This town of 5000 is about 265 km east of Sault Ste. Marie just south of the Trans-Canada Highway, on the road to Manitoulin Island, the largest freshwater island in the world. The town is named for its presence on the Spanish River, because of a Spanish speaking woman who was brought to the area by Ojibway traders returning from the mid-west plains. Early French fur traders were surprised to run in to Spanish speaking natives. It is the major commercial and shopping centre for the Manitoulin area. The Spanish River was dammed at Espanola to provide electrical power for the region. The town has a big pulp mill that processes the timber from the area, and provides tours in the summertime.
The area around here is called "Rainbow Country" because of the different colours of the rocks, that can be seen when driving the 50 km "Road to the Islands." This region is where the heavily eroded Precambrian Shield meets younger Paleozoic limestone, and some volcanic rocks.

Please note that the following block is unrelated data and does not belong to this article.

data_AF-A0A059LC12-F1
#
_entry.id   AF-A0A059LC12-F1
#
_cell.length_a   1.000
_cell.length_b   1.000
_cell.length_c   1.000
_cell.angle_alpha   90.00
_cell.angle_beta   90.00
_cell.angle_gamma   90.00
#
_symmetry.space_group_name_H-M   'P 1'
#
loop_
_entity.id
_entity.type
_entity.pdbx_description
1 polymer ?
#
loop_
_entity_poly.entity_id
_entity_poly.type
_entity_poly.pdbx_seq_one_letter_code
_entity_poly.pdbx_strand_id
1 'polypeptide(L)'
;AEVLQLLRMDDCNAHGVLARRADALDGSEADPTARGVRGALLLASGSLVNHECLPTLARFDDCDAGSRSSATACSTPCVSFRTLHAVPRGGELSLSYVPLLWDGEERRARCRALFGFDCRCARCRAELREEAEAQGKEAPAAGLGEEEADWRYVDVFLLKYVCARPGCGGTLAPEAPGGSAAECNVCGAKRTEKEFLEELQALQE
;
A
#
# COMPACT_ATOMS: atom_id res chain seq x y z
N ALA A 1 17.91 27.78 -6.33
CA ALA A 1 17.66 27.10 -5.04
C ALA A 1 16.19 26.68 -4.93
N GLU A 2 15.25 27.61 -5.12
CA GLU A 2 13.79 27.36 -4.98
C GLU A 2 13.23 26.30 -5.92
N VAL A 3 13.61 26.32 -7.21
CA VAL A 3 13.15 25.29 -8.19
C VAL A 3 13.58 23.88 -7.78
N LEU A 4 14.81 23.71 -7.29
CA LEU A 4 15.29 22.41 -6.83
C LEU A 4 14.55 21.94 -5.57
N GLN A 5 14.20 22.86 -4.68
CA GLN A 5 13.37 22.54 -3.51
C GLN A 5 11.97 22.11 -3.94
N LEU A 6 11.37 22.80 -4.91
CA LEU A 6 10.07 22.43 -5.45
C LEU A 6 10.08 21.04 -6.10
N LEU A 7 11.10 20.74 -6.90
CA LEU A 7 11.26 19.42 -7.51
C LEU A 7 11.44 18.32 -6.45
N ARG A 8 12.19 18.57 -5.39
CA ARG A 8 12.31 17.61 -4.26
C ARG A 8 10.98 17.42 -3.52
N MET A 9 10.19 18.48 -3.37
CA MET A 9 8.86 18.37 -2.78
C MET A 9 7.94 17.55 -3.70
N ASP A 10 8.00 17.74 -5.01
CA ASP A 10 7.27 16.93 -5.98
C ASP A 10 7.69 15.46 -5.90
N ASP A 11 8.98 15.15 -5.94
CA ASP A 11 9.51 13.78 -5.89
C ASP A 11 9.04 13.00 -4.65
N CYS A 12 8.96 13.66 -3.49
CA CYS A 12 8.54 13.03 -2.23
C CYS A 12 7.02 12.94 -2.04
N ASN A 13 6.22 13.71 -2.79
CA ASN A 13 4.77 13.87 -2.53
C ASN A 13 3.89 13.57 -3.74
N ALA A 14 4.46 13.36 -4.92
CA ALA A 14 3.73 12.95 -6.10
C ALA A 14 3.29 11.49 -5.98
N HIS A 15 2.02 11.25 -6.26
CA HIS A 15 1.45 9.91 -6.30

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Anishnabe Spiritual Centre
Anderson Lake Rd, off highway 6 south of Espanola
This facility is a meeting and spiritual centre for Native people. Visitors can tour the log buildings and the chapel. Art by well-known native artists is displayed around the facility.
Highway 6, at Bay of Islands
This community is named for the waterfalls that inspired beside the town. Just south of town is Birch Island that is home to the Whitefish River First Nation. The area was the source of much inspiration to the famous Group of Seven painters in the early 1900s. A plaque at Birch Island celebrates the visit of US president Franklin Delanor Roosevelt, who spent 13 days fishing here prior to the Quebec conference of 1943.